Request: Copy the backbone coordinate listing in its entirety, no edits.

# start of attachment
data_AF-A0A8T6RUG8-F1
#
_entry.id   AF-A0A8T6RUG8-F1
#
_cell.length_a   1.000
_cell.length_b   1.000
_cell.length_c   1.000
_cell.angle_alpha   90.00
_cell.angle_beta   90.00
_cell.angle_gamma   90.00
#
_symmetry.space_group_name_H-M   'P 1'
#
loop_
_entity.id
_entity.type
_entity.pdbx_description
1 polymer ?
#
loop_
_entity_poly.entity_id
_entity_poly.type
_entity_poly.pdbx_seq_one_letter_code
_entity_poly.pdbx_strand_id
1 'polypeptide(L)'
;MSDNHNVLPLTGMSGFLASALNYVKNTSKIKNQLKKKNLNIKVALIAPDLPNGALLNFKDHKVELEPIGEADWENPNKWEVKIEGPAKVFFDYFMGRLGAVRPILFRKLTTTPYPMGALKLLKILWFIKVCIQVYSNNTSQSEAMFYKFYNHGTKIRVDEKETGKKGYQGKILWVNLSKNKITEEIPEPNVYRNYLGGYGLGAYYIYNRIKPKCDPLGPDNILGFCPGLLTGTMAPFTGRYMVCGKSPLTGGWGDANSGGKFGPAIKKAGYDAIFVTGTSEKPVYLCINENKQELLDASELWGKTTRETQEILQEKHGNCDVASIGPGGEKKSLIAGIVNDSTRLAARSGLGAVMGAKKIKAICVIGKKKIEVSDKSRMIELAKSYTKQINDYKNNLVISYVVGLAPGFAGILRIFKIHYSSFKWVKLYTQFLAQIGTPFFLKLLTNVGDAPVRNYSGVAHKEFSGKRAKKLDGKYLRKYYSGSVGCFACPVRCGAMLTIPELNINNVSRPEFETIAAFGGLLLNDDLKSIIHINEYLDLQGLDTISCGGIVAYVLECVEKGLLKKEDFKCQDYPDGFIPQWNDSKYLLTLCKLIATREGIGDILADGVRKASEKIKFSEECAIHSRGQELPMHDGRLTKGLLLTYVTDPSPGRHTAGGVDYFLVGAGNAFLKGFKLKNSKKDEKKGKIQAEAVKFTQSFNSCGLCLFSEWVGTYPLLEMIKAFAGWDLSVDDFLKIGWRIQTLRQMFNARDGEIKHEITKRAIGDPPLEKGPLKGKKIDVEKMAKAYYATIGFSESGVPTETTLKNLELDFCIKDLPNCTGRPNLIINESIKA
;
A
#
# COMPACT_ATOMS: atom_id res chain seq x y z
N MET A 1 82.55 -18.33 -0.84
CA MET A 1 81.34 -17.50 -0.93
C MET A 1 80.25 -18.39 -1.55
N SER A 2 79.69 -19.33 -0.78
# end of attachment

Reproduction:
data_AF-A0A8T6RUG8-F1
#
_entry.id   AF-A0A8T6RUG8-F1
#
_cell.length_a   1.000
_cell.length_b   1.000
_cell.length_c   1.000
_cell.angle_alpha   90.00
_cell.angle_beta   90.00
_cell.angle_gamma   90.00
#
_symmetry.space_group_name_H-M   'P 1'
#
loop_
_entity.id
_entity.type
_entity.pdbx_description
1 polymer ?
#
loop_
_entity_poly.entity_id
_entity_poly.type
_entity_poly.pdbx_seq_one_letter_code
_entity_poly.pdbx_strand_id
1 'polypeptide(L)'
;MSDNHNVLPLTGMSGFLASALNYVKNTSKIKNQLKKKNLNIKVALIAPDLPNGALLNFKDHKVELEPIGEADWENPNKWEVKIEGPAKVFFDYFMGRLGAVRPILFRKLTTTPYPMGALKLLKILWFIKVCIQVYSNNTSQSEAMFYKFYNHGTKIRVDEKETGKKGYQGKILWVNLSKNKITEEIPEPNVYRNYLGGYGLGAYYIYNRIKPKCDPLGPDNILGFCPGLLTGTMAPFTGRYMVCGKSPLTGGWGDANSGGKFGPAIKKAGYDAIFVTGTSEKPVYLCINENKQELLDASELWGKTTRETQEILQEKHGNCDVASIGPGGEKKSLIAGIVNDSTRLAARSGLGAVMGAKKIKAICVIGKKKIEVSDKSRMIELAKSYTKQINDYKNNLVISYVVGLAPGFAGILRIFKIHYSSFKWVKLYTQFLAQIGTPFFLKLLTNVGDAPVRNYSGVAHKEFSGKRAKKLDGKYLRKYYSGSVGCFACPVRCGAMLTIPELNINNVSRPEFETIAAFGGLLLNDDLKSIIHINEYLDLQGLDTISCGGIVAYVLECVEKGLLKKEDFKCQDYPDGFIPQWNDSKYLLTLCKLIATREGIGDILADGVRKASEKIKFSEECAIHSRGQELPMHDGRLTKGLLLTYVTDPSPGRHTAGGVDYFLVGAGNAFLKGFKLKNSKKDEKKGKIQAEAVKFTQSFNSCGLCLFSEWVGTYPLLEMIKAFAGWDLSVDDFLKIGWRIQTLRQMFNARDGEIKHEITKRAIGDPPLEKGPLKGKKIDVEKMAKAYYATIGFSESGVPTETTLKNLELDFCIKDLPNCTGRPNLIINESIKA
;
A
#
# COMPACT_ATOMS: atom_id res chain seq x y z
N MET A 1 82.55 -18.33 -0.84
CA MET A 1 81.34 -17.50 -0.93
C MET A 1 80.25 -18.39 -1.55
N SER A 2 79.69 -19.33 -0.78